While both are designed to contain files not belonging to the operating system,
/usr/local are not intended to contain the same set of files.
/usr/local is a place to install files built by the administrator, typically by using the
make command (e.g.,
./configure; make; make install). The idea is to avoid clashes with files that are part of the operating system, which would either be overwritten or overwrite the local ones otherwise (e.g.,
/usr/bin/foo is part of the OS while
/usr/local/bin/foo is a local alternative).
All files under
/usr are shareable between OS instances, although this is rarely done with Linux. This is a part where the FHS is slightly self-contradictory, as
/usr is defined to be read-only, but
/usr/local/bin needs to be read-write for local installation of software to succeed. The SVR4 file system standard, which was the FHS' main source of inspiration, is recommending to avoid
/usr/local and use
/opt/local instead to overcome this issue.
/usr/local is a legacy from the original BSD. At that time, the source code of
/usr/bin OS commands were in
/usr/src/usr.bin, while the source of locally developed commands was in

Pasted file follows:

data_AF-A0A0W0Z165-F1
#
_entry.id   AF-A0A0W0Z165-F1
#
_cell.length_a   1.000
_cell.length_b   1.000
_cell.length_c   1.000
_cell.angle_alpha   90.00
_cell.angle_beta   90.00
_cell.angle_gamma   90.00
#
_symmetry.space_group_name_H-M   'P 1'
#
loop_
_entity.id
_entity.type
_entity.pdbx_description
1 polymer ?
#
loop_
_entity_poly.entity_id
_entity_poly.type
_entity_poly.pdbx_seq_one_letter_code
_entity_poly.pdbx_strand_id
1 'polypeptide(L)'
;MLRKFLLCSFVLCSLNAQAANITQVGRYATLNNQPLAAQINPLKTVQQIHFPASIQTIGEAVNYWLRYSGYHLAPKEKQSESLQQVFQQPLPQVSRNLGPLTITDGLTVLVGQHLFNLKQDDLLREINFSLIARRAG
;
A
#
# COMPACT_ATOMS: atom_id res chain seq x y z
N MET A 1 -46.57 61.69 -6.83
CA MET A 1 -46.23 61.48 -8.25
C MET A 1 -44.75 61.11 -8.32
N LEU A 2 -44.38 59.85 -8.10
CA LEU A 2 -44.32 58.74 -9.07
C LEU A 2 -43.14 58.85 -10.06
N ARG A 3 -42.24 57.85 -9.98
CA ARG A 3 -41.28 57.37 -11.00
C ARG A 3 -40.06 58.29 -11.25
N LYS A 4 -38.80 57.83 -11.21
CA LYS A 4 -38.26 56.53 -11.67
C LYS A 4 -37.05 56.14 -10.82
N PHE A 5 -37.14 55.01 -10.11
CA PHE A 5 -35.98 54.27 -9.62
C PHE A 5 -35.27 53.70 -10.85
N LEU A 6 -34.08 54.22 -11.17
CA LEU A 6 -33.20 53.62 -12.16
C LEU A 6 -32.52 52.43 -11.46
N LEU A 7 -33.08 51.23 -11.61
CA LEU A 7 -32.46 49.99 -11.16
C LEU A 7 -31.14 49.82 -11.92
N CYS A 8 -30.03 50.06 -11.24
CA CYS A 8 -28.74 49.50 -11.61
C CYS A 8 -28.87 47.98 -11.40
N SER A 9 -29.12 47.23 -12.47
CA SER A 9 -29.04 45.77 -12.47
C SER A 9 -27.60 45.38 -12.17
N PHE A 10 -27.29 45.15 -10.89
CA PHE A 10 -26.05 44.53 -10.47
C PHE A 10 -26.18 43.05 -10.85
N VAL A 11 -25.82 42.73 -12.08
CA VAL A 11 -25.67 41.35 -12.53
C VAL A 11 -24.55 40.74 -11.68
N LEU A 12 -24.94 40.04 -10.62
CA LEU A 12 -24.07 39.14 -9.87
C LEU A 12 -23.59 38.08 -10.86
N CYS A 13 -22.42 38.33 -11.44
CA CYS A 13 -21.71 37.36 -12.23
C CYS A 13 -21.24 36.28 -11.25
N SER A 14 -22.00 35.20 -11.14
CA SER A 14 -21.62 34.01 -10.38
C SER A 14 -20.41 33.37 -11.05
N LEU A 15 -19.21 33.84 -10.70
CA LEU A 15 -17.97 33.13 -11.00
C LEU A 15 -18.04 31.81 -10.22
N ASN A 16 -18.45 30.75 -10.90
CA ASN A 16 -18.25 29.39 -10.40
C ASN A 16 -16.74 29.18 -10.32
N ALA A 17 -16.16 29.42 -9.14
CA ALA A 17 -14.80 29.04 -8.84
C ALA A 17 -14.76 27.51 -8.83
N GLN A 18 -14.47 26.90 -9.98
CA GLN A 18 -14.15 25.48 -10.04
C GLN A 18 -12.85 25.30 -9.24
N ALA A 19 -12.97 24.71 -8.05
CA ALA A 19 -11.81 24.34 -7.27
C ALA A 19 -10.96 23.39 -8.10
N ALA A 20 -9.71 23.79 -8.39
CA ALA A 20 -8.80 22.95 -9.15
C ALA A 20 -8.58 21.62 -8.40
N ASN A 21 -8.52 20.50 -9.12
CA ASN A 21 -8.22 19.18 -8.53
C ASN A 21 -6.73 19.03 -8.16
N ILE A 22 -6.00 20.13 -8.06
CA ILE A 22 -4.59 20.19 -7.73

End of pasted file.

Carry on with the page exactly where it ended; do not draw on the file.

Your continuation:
/usr/local/src, and their binaries in
/usr/local/bin. There was no notion of packaging (outside tarballs).
On the other hand,
/opt is a directory for installing unbundled packages (i.e. packages not part of the Operating System distribution, but provided by an independent source), each one in its own subdirectory. They are already built whole packages provided by an independent third party software distributor. Unlike
/usr/local stuff, these packages follow the directory conventions (or at least they should). For example,
someapp would be installed in
/opt/someapp, with one of its command being
/opt/someapp/bin/foo, its configuration file would be in
/etc/opt/someapp/foo.conf, and its log files in